Appeal from Circuit Court, Multnomah County. Clifford B. Olsen, Judge.
Alonzo P. Stiner, Portland, argued the cause for appellant. With him on the briefs were Veatch, Lovett & Stiner and Gary W. Lindberg, Portland.
John S. Marandas, Portland, argued the cause for respondent. With him on the briefs were Harvey W. Keller and Martin Schedler, Portland.
This is an action for criminal conversation. Plaintiff is an executive for a large corporation and had been transferred to its home office in New York, at a substantial increase in salary, but to the displeasure of his wife. Defendant is a doctor who had been consulted for treatment by both plaintiff and his wife and who admitted intercourse with plaintiff's wife on two occasions. Plaintiff testified that upon learning of such conduct he left his position with the corporation and returned to Oregon in an unsuccessful attempt to save his marriage and at considerable expense. He also testified that the effect upon him was "totally shattering" and that he had not recovered two years later at the time of trial.
In apparent belief of plaintiff's testimony, and in apparent disbelief of other evidence which, if believed, seriously impeached and discredited that testimony the jury returned a verdict of $100,000 against defendant. The trial judge set that verdict aside and granted a new trial upon the sole ground of "* * * excessive damages, appearing to have been given under the influence of passion and prejudice * * *." Plaintiff appeals.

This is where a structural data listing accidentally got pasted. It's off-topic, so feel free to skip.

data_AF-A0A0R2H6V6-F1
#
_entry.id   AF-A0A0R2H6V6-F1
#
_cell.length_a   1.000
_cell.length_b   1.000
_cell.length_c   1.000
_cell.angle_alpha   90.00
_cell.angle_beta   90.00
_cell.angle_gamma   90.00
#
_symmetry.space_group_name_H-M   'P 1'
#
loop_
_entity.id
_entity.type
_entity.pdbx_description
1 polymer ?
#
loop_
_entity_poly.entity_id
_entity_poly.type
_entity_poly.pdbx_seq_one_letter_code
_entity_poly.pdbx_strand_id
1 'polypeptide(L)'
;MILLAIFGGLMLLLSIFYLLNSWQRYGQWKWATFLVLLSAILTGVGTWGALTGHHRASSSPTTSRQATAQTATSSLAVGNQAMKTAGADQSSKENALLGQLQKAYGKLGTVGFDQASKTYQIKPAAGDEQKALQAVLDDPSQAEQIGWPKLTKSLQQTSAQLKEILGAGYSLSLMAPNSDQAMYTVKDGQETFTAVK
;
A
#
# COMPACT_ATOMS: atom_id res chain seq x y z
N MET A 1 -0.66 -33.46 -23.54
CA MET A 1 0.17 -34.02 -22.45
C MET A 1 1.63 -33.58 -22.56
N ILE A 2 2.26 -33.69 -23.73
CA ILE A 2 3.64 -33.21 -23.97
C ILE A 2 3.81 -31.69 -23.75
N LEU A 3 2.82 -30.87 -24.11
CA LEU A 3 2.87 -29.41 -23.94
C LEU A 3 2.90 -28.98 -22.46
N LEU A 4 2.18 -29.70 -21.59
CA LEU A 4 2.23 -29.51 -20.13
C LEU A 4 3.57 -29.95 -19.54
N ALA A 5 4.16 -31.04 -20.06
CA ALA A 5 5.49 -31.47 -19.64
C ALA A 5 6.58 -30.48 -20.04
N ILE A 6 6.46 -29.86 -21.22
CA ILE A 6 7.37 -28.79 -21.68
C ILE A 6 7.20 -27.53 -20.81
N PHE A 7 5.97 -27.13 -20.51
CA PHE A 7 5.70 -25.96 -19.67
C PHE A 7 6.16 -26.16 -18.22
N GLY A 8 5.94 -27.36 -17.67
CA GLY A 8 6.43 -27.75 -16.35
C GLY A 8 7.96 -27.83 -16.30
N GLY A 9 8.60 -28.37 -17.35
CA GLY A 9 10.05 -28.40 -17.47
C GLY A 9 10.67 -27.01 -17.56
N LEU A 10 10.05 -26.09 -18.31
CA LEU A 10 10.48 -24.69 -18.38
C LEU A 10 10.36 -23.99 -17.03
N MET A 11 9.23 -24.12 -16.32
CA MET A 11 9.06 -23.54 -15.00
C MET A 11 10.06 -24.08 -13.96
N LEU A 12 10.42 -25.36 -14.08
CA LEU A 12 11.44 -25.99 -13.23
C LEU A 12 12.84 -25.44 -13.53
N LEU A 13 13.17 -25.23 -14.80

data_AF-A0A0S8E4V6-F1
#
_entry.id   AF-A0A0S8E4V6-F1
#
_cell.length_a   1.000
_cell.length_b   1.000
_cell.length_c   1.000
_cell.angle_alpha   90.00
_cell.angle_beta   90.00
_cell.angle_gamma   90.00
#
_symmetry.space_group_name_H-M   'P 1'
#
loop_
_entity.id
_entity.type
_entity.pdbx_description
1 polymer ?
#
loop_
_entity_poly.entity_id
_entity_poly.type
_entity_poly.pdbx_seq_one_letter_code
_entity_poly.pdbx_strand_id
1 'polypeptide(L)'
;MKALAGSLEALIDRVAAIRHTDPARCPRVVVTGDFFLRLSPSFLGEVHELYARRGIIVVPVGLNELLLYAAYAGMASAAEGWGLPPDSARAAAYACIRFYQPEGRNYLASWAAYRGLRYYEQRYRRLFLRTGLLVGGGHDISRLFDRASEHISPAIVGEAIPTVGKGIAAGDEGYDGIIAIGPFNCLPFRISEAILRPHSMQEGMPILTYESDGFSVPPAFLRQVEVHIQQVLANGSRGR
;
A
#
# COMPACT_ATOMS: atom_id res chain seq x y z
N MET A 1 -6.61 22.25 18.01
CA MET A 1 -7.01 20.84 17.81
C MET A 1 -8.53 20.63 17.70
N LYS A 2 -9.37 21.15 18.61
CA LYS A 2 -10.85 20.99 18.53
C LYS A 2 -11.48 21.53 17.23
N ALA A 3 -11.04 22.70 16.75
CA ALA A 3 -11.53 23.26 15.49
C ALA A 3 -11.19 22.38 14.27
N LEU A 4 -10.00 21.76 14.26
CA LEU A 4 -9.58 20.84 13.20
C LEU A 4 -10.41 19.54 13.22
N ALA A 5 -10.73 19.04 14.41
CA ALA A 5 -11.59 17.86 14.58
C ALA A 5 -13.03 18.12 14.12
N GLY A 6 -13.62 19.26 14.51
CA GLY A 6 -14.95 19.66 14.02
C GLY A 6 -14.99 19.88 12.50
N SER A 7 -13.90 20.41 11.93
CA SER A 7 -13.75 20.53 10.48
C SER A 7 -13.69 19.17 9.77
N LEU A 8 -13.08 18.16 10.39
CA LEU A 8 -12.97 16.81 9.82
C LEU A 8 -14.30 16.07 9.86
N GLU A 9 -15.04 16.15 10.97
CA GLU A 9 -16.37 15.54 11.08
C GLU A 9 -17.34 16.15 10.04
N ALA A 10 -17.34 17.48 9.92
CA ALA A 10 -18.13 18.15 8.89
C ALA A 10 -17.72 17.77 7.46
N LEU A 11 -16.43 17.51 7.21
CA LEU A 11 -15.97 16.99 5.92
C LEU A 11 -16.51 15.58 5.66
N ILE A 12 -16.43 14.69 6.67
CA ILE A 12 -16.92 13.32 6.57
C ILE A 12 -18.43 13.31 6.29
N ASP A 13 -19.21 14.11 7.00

In 1910 the voters of Oregon adopted Art VII, § 3, as an amendment to the Constitution of Oregon, to provide that "* * * no fact tried by a jury shall be
otherwise re-examined in any court of this state, unless the court can affirmatively say there is no evidence to support the verdict."
In Van Lom v. Schneiderman, 187 Or 89, 210 P2d 461 (1949), this court (at 95-96) rejected the contention (as also made in this case) that in an action for damages a jury verdict may be set aside and a new trial granted "'if there is no evidence to support the verdict in its entirety, although there may be some substantial evidence that the plaintiff was damaged to some extent less than the amount of the verdict.'"
In that case this court also (at 105-106) held that neither a trial court nor this court could properly set aside the verdict for damages in that case on the ground of excessive damages appearing to have been given under the influence of passion and prejudice, as provided by ORS 17.610 (and as held by the trial judge in this case) because the court could not say in that case "either from the size of the verdict itself or from any incident of the trial, that the damages were given under the influence of prejudice and passion." We have examined the record in this case and reach the same conclusion.
We are also unable to distinguish between application of the requirements of Art VII, § 3, to a jury verdict for damages in an action for criminal conversation and a jury verdict for damages in an action for assault and battery or in an action for personal injuries. In some states actions for both criminal conversation and alienation of affections have been abolished. In ...